This created a very specific environment which, combined with the exact shot I wanted to achieve, meant that it made sense for me to use the camera’s manual mode. I placed the shutter speed at 1/320, the aperture at f 5.6 and the maximum ISO to 3200 – the perfect settings to get the crisp, clear image I desired. Indeed, one of the key benefits of the Z7 is its light sensitivity range; you get rich tonal definition in bright light and incredible detail in low light scenarios – perfect for the seasonal changes in the forest.
Improvising with a silent shutter
Hearing is very developed in animals, and when the shutter of the camera is triggered, the animal hears this sound and more often than not turns its head in the direction of the sound, which can make the picture appear unnatural.
Quite often when animals hear the sound of the shutter, they come up to sniff, look or touch the source of the sound with their paws – sometimes they might even move them aside. Cats rarely ruin camera traps, however bears who are curious by their very nature, sometimes do.
To avoid this, I installed my Nikon Z 7 mirrorless cameras in boxes. I turned off the shutter sound and the camera shot silently, without attracting the attention of animals.
Quality over quantity
From the first day I started wildlife photography, my aim was never to capture plenty of images; instead I've always worked to deliver the highest possible quality within a single shot. And quality is often born through the embodiment of a creative intention.
So, when shooting with hidden cameras, I wasn’t looking for lots of photos of a passing tiger, I only wanted one image of exactly what I had imagined in my mind. And as I hope my image shows, with plenty of practice you can get there.
For me, shooting with hidden cameras is where I can give free rein to my directorial imagination – aided by the very best kit and a long, scrupulous implementation of my plan.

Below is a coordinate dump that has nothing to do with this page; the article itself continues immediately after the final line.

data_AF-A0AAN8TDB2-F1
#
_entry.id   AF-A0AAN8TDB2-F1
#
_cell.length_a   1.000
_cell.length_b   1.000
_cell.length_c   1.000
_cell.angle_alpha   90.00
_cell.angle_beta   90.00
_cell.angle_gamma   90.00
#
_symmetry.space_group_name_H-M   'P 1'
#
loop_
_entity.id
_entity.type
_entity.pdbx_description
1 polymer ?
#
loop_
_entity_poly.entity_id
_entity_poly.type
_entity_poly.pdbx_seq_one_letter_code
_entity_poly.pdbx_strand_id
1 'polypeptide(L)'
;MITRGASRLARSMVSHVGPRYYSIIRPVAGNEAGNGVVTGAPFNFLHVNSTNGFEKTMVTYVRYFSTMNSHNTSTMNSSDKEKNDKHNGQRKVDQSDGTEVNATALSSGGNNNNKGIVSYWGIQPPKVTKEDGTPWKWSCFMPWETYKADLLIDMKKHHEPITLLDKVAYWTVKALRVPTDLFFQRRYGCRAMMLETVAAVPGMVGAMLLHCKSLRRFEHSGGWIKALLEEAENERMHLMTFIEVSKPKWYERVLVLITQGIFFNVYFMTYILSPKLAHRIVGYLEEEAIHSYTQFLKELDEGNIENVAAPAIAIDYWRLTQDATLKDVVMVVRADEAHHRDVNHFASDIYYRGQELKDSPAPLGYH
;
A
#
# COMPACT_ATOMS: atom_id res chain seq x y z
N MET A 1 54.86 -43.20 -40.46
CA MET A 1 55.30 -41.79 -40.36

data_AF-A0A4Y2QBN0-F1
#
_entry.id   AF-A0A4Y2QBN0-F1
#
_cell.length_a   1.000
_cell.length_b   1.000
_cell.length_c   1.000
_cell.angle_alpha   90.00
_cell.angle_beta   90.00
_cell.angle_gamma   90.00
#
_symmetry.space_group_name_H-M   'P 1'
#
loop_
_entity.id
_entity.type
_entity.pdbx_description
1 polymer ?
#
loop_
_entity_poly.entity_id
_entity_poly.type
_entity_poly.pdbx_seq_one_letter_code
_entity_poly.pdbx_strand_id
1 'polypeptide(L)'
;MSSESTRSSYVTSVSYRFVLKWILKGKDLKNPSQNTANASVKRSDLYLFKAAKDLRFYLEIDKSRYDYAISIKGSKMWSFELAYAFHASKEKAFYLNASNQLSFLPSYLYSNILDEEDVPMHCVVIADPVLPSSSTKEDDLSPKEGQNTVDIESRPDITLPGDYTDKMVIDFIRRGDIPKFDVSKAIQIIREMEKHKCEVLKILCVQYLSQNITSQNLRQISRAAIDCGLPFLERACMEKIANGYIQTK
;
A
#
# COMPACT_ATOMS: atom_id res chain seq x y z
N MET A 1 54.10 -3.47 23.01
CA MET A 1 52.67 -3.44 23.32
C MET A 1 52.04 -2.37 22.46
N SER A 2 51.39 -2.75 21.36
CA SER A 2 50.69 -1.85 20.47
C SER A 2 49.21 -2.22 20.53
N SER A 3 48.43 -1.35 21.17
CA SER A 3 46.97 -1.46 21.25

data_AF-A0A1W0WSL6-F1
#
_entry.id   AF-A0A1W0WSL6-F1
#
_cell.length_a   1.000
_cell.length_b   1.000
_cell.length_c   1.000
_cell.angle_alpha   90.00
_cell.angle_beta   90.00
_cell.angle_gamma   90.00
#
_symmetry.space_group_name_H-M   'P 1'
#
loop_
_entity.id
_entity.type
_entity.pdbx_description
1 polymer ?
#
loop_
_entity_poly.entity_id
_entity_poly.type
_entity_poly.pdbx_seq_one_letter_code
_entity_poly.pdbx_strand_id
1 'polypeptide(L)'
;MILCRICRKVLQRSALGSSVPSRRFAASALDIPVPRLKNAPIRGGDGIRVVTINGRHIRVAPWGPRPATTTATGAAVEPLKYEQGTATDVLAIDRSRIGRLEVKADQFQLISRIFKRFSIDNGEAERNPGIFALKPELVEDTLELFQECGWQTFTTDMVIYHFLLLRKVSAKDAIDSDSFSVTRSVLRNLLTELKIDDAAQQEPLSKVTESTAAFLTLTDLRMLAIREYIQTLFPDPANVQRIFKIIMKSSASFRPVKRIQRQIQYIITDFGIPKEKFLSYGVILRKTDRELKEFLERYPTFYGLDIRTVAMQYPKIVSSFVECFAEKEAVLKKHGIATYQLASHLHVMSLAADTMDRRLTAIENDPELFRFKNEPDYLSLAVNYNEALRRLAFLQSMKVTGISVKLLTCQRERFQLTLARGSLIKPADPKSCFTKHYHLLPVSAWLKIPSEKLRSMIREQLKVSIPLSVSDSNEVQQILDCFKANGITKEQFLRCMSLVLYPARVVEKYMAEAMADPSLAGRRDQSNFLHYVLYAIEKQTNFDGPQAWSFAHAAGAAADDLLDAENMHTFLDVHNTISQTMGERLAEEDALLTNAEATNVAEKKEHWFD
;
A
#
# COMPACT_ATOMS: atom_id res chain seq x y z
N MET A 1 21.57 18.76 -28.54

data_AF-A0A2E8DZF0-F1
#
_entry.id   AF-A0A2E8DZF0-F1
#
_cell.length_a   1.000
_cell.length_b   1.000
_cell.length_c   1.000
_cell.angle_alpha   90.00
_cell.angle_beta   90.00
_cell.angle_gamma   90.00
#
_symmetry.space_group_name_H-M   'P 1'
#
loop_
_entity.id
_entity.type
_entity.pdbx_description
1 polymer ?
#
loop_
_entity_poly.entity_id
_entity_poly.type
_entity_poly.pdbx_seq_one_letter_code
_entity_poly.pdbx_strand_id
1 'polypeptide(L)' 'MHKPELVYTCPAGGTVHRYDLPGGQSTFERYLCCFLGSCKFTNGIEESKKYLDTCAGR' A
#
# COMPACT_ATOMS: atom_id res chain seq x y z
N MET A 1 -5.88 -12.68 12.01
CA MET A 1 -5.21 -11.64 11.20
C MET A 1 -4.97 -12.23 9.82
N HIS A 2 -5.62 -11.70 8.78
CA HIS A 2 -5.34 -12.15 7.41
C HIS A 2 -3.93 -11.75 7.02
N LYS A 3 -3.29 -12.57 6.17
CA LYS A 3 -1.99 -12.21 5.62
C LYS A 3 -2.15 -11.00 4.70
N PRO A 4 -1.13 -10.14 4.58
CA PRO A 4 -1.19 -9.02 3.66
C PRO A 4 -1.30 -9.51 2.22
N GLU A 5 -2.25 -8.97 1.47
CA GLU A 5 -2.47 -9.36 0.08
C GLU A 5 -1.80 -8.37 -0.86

I installed the first full camera trap system in January 2019, attaching it to a tree 10 metres away from a giant fir. From then I could think of nothing else. I would trek to the camera sites every three months. But tigers are extremely cautious of anything new in their environment so it wasn’t until November 2019 that my winning image was captured.
You might question if doing all of that just to get one photo is worth it. The simple answer is yes, without any doubt at all.
A dream realised
I dreamt of a career in wildlife photography for my entire childhood. My career really began in Kamchatka, one of Russia’s remotest regions. I saw a documentary filmed there and was so impressed with its wildlife. Years later I eventually visited the region to take pictures of the bears and I was absorbed by the process.
I remember my first bear shot well. I took the picture in 2003 using my Nikon F5 and since then I have not let go of my Nikon kit, as I’ve continued to capture wild Russia.
Fast forward to 2020 and I couldn’t believe it when the Duchess of Cambridge said my name. It’s been a long and challenging, but very interesting path to victory. I’m pleased to not only have won such a prestigious award, but to be the first Russian to do so in 56 years.
Looking ahead, I've never felt this inspired before. The tigress pictured now has three cubs – so my next quest is to capture an image of her with her new family. Wish me luck, and patience!